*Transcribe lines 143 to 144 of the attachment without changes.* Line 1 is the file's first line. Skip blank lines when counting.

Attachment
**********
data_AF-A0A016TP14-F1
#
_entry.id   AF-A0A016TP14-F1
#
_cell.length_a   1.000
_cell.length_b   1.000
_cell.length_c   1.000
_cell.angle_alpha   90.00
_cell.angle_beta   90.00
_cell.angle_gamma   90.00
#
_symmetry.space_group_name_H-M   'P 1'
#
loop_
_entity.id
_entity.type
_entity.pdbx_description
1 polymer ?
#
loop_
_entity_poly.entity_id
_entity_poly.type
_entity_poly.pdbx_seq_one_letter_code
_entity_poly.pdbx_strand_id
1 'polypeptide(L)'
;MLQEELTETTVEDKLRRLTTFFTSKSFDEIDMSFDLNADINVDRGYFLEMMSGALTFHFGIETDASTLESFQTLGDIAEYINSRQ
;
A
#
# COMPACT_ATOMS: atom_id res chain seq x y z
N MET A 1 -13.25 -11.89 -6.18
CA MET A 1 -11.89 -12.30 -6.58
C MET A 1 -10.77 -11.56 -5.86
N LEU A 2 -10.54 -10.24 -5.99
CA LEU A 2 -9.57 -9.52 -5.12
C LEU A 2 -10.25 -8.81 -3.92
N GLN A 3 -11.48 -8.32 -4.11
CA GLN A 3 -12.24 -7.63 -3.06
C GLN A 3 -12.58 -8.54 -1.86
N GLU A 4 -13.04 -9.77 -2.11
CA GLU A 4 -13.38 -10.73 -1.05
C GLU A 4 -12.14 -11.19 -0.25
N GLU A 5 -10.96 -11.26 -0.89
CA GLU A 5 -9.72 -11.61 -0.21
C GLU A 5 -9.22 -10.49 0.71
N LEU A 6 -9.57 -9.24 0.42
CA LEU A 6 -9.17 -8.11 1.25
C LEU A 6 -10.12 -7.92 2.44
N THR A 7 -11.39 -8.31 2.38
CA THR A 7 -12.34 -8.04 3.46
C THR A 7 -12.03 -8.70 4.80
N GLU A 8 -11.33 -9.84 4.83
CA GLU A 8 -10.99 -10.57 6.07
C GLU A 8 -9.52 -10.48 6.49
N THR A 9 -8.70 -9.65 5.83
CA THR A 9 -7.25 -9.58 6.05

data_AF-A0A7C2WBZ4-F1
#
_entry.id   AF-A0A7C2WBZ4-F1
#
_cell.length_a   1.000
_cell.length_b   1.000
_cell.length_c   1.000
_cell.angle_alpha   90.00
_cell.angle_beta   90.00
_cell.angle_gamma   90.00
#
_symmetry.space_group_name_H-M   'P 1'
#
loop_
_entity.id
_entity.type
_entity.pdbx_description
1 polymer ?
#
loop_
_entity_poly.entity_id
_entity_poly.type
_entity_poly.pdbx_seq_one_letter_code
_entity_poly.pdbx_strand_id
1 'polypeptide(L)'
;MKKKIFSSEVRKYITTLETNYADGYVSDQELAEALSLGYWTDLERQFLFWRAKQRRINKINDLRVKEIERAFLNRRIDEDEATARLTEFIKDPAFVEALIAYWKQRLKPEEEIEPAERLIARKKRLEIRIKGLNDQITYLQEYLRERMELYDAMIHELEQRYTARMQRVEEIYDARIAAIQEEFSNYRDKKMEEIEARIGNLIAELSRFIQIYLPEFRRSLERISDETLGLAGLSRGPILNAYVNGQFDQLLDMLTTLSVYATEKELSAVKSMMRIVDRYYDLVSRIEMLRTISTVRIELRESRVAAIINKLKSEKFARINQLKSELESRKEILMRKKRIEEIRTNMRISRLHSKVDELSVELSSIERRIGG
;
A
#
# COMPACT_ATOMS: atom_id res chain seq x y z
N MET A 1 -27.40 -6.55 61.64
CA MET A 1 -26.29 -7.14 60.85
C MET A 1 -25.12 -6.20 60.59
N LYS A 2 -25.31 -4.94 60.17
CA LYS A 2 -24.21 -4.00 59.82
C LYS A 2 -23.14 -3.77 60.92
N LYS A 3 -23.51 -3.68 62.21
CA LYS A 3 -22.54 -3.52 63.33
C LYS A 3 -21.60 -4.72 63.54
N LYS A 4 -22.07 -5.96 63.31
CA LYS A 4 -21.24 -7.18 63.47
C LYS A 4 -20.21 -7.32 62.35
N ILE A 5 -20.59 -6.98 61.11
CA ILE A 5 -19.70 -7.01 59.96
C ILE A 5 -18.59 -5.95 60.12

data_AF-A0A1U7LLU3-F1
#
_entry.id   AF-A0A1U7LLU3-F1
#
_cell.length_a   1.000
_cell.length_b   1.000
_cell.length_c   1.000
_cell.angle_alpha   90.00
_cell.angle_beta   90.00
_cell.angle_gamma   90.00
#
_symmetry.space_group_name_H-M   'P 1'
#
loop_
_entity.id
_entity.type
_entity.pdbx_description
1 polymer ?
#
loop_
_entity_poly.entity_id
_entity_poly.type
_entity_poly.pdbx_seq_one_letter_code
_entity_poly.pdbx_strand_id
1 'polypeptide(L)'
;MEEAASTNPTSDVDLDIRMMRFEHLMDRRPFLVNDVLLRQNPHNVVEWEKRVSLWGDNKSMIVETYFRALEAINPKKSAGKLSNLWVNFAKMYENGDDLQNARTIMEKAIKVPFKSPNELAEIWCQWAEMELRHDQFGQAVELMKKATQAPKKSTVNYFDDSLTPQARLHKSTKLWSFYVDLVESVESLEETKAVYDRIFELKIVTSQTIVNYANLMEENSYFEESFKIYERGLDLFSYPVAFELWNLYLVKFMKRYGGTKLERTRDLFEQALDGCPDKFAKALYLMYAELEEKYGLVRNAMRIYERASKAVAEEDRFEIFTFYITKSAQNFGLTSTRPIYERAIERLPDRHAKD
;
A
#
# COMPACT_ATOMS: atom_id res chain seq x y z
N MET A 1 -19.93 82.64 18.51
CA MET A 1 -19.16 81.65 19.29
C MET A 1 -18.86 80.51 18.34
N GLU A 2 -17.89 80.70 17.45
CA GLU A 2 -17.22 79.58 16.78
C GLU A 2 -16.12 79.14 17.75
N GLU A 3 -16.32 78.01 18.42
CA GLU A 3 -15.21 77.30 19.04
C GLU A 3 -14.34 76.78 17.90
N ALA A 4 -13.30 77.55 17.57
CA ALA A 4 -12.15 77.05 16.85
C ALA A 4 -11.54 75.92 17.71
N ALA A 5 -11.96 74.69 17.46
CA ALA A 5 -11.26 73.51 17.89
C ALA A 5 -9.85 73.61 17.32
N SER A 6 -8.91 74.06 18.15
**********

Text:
C ALA A 4 -11.54 75.92 17.71
N ALA A 5 -11.96 74.69 17.46